Research: Decolonizing Global University Rankings

June 22, 2016


Global university rankings (GURs) have been widely criticized but not through a decolonial lens, an alternative to the mainstream discourse. Assistant Professor Riyad Shahjahan argues the process of ranking universities imposes boundaries on the ways we conceptualize universities. In their review of existing research, he and his colleagues found the emergence of GURs coincides with other forces in higher education, such as quantification of faculty effort and increased calls for accountability. Although some critiques have proposed alternative ranking systems, Shahjahan and his colleagues found these alternatives fail to challenge the underlying logic of rankings, which promote standardization and competition. Rather than seeking to provide “solutions” to a problem, they asked themselves what would be possible to imagine for universities using different theories of knowledge:

  • What kind of human beings are imagined through GURs?
  • What forms of knowledge production are reproduced through GURs?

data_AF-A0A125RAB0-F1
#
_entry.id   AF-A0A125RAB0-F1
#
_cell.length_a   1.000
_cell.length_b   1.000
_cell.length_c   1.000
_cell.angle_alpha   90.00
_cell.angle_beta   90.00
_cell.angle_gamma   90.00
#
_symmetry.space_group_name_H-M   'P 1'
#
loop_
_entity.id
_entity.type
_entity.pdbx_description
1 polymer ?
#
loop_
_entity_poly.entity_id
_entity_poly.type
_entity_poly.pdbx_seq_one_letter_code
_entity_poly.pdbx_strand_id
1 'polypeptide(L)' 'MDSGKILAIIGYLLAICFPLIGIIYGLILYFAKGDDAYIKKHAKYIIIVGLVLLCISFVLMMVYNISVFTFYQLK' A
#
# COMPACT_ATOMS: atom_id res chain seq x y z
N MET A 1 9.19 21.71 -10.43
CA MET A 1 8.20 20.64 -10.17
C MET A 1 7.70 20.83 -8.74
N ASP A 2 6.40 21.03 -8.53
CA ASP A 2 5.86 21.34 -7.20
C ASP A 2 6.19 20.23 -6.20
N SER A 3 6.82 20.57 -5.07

• How can we imagine higher education beyond the confines of modernity?

In a forthcoming paper, Shahjahan and his co-authors, Vanessa de Oliveira Andreotti and Gerardo Blanco-Ramirez, bring different insights foregrounded by their own experiences as transnational scholars of color whose academic work is impacted by GURs.

“The thing knowledge can’t eat”

In his contribution to the paper,  Shahjahan explores indigenous Dagara philosophy in relation to GURs. Malidoma Patrice Somé, a shaman healer from the Dagara nation in West Africa, introduced the notion of Yielbongura—the idea of “the thing that knowledge can’t eat.” What follows from this idea, Shahjahan argues, is that knowledge production, the concept of learning, cannot be categorized. Rather, knowledge production would resist categorization, being stripped of its “spiritual nature” and turned into a “secular material thing” through rankings. From this interpretation, GURs would not exist, but be a distraction from addressing other root problems in higher education.

Shahjahan hopes others will explore programs and practices that construct educational alternatives to the dominant institutional models perpetuated by GURs. He believes scholars must continue to tell their stories and imagined alternatives to ensure a healthy global higher education system.

More HALE research

The Higher, Adult and Lifelong Education (HALE) faculty at Michigan State University studies a variety of topics across postsecondary education. The Center for Higher and Adult Education, funded by an endowment from Bruce Erickson, publishes a report highlighting faculty work each semester. These articles are excerpted from that report. To request a copy, call (517) 353-5187. For more information, visit